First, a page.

“I definitely agree with Kanye West,” Thomas said. “Had this been a rich, lily-white suburban area that got hit, you think they would have had to wait five days to get food or water? When the hurricane hit in Florida, Bush made sure those people got help the next day. But now, when you are dealing with a majority poorer class of black people, it takes five days? Then you still don’t send help but instead send the National Guard to ‘maintain order’? Are you kidding me?”

Thomas is well aware that speaking out may exact a professional price, but heís unconcerned.

“I admire athletes of the past, like Bill Russell, Muhammad Ali, Jim Brown, John Carlos and Tommie Smith, Kareem [Abdul-Jabbar]–athletes who used their position as a platform to speak out on social issues and stand up for a cause. Basketball is not my life. A quote I live by is: ‘I speak my mind because biting my tongue would make my pride bleed.’ “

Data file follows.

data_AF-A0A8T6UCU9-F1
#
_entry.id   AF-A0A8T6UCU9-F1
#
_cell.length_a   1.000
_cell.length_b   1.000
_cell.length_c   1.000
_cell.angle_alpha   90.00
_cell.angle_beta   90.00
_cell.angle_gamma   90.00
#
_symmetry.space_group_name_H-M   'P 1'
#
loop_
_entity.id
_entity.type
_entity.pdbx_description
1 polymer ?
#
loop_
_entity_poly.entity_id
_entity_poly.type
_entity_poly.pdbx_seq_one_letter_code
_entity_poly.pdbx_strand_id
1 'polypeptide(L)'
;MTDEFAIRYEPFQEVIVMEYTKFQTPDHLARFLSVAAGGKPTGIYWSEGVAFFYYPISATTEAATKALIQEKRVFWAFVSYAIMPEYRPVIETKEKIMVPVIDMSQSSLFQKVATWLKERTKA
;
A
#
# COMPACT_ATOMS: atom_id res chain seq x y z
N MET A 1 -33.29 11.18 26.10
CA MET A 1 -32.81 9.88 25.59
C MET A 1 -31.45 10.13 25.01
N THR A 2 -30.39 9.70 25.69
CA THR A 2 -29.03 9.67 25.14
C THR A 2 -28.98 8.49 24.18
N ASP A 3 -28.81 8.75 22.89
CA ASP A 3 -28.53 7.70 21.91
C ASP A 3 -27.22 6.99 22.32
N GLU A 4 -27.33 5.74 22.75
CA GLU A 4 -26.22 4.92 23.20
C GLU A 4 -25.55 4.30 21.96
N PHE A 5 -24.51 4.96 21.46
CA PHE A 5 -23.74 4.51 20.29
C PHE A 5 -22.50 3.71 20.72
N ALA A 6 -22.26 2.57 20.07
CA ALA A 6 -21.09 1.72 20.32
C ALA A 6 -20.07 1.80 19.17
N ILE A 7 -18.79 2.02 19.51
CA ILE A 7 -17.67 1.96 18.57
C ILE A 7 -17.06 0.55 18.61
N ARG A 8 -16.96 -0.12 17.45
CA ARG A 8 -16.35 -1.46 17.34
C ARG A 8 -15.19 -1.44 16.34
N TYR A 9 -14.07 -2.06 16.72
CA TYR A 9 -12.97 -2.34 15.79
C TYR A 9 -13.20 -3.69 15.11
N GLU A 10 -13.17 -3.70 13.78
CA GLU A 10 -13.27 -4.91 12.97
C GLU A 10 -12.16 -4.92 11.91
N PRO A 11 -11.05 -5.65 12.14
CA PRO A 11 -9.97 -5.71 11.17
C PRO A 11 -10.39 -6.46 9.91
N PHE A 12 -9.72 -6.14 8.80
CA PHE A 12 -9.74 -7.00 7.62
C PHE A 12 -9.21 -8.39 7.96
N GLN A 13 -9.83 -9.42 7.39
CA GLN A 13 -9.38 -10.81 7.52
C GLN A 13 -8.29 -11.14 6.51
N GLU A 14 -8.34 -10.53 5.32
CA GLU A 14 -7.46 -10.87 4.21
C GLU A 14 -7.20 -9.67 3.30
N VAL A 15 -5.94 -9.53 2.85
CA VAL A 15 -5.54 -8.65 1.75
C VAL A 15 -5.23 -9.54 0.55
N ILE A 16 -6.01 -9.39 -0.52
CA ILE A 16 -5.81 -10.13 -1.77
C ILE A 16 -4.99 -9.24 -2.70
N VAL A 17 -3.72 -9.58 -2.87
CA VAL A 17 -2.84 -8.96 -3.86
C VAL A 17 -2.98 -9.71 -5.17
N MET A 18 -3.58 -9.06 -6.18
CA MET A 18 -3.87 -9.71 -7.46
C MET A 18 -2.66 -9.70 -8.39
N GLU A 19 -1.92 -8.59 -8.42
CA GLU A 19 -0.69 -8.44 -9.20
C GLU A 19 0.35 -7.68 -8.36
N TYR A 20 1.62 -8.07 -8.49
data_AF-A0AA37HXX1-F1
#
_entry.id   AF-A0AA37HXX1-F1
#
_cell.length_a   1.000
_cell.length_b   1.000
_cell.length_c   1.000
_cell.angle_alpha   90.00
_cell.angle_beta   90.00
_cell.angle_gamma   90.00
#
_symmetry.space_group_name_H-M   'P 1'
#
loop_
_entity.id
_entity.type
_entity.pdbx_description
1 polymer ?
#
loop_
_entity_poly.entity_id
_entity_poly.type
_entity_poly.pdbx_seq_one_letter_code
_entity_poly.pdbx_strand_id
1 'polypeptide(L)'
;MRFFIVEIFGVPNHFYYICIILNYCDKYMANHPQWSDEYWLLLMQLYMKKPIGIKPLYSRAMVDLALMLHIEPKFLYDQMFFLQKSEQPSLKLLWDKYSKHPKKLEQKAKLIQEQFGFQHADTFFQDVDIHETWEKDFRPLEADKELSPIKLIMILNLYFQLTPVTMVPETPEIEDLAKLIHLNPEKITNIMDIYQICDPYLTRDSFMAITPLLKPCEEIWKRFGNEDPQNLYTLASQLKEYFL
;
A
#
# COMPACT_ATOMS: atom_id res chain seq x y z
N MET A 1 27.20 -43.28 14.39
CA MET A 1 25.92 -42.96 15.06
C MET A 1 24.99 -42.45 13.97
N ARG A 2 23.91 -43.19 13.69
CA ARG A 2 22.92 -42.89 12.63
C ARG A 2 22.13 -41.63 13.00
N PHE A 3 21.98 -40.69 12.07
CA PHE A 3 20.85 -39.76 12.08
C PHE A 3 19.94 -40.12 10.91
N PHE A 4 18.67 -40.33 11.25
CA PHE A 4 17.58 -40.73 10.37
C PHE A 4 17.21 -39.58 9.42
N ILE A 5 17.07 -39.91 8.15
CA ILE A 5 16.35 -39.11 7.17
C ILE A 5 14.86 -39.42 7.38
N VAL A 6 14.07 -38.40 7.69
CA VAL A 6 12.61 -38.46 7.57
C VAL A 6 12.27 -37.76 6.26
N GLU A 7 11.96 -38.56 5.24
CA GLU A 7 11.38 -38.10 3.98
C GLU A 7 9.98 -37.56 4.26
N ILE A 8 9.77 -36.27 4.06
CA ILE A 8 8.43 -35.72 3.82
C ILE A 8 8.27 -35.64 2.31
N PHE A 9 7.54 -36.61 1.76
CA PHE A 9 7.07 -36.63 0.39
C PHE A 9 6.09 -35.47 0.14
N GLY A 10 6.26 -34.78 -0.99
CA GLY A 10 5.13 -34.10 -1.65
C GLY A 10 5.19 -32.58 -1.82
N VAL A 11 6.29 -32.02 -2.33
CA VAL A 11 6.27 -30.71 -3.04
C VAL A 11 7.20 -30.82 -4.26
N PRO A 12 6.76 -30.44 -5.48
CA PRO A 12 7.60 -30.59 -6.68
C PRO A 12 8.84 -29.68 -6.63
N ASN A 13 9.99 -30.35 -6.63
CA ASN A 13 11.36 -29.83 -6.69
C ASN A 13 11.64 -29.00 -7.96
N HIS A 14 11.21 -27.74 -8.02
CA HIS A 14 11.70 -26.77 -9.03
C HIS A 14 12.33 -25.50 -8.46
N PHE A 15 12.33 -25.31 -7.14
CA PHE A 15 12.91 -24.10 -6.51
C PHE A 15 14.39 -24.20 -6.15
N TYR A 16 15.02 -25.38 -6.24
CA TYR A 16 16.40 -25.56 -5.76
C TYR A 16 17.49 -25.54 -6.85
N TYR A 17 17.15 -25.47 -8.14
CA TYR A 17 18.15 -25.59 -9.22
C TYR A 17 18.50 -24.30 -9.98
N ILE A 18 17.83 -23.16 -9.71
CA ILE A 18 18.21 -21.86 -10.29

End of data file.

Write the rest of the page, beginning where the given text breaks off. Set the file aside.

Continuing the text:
Just Another Day In New York

So, Wednesday afternoon Iím leaving the office and get on the elevator and thereís this big guy in there fidgeting with his PDA. Jeans, a black sport coat, some kinda shirt or other, and a ball cap pulled down on his head. Heís unshaven and could have easily passed for a bum if his clothes werenít clean. I press the button to go down and he says in a low, husky voice, ďHey, how you doing man.Ē I say hey back and then realize I recognized the voice.

ďYouíre Danny Glover,Ē I say.

ďYeah, how you doing man.Ē